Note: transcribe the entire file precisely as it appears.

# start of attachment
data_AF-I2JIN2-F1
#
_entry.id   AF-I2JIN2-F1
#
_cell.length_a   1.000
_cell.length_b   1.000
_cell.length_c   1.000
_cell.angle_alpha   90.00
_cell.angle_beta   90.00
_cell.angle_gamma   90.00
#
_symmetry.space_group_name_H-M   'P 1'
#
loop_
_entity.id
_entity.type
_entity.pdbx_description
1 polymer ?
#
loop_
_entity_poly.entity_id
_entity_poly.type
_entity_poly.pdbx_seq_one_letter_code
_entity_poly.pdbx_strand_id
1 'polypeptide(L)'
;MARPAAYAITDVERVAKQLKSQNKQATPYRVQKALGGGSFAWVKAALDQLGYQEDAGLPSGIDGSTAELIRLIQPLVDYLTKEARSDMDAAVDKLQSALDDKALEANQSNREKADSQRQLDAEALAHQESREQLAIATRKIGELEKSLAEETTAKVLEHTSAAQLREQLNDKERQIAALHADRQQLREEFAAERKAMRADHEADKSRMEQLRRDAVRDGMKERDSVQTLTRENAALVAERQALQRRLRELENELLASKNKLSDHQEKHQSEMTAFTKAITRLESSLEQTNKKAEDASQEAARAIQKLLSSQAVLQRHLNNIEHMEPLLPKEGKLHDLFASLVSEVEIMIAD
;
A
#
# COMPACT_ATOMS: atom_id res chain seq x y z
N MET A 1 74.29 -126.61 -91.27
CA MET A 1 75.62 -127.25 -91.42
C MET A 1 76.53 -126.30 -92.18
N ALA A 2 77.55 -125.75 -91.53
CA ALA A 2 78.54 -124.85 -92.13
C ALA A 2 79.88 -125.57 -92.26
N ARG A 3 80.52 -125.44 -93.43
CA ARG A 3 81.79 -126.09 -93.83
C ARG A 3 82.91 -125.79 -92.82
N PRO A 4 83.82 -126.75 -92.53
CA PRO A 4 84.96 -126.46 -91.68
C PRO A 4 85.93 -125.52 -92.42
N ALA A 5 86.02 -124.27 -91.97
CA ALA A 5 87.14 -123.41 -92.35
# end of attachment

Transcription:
data_AF-I2JIN2-F1
#
_entry.id   AF-I2JIN2-F1
#
_cell.length_a   1.000
_cell.length_b   1.000
_cell.length_c   1.000
_cell.angle_alpha   90.00
_cell.angle_beta   90.00
_cell.angle_gamma   90.00
#
_symmetry.space_group_name_H-M   'P 1'
#
loop_
_entity.id
_entity.type
_entity.pdbx_description
1 polymer ?
#
loop_
_entity_poly.entity_id
_entity_poly.type
_entity_poly.pdbx_seq_one_letter_code
_entity_poly.pdbx_strand_id
1 'polypeptide(L)'
;MARPAAYAITDVERVAKQLKSQNKQATPYRVQKALGGGSFAWVKAALDQLGYQEDAGLPSGIDGSTAELIRLIQPLVDYLTKEARSDMDAAVDKLQSALDDKALEANQSNREKADSQRQLDAEALAHQESREQLAIATRKIGELEKSLAEETTAKVLEHTSAAQLREQLNDKERQIAALHADRQQLREEFAAERKAMRADHEADKSRMEQLRRDAVRDGMKERDSVQTLTRENAALVAERQALQRRLRELENELLASKNKLSDHQEKHQSEMTAFTKAITRLESSLEQTNKKAEDASQEAARAIQKLLSSQAVLQRHLNNIEHMEPLLPKEGKLHDLFASLVSEVEIMIAD
;
A
#
# COMPACT_ATOMS: atom_id res chain seq x y z
N MET A 1 74.29 -126.61 -91.27
CA MET A 1 75.62 -127.25 -91.42
C MET A 1 76.53 -126.30 -92.18
N ALA A 2 77.55 -125.75 -91.53
CA ALA A 2 78.54 -124.85 -92.13
C ALA A 2 79.88 -125.57 -92.26
N ARG A 3 80.52 -125.44 -93.43
CA ARG A 3 81.79 -126.09 -93.83
C ARG A 3 82.91 -125.79 -92.82
N PRO A 4 83.82 -126.75 -92.53
CA PRO A 4 84.96 -126.46 -91.68
C PRO A 4 85.93 -125.52 -92.42
N ALA A 5 86.02 -124.27 -91.97
CA ALA A 5 87.14 -123.41 -92.35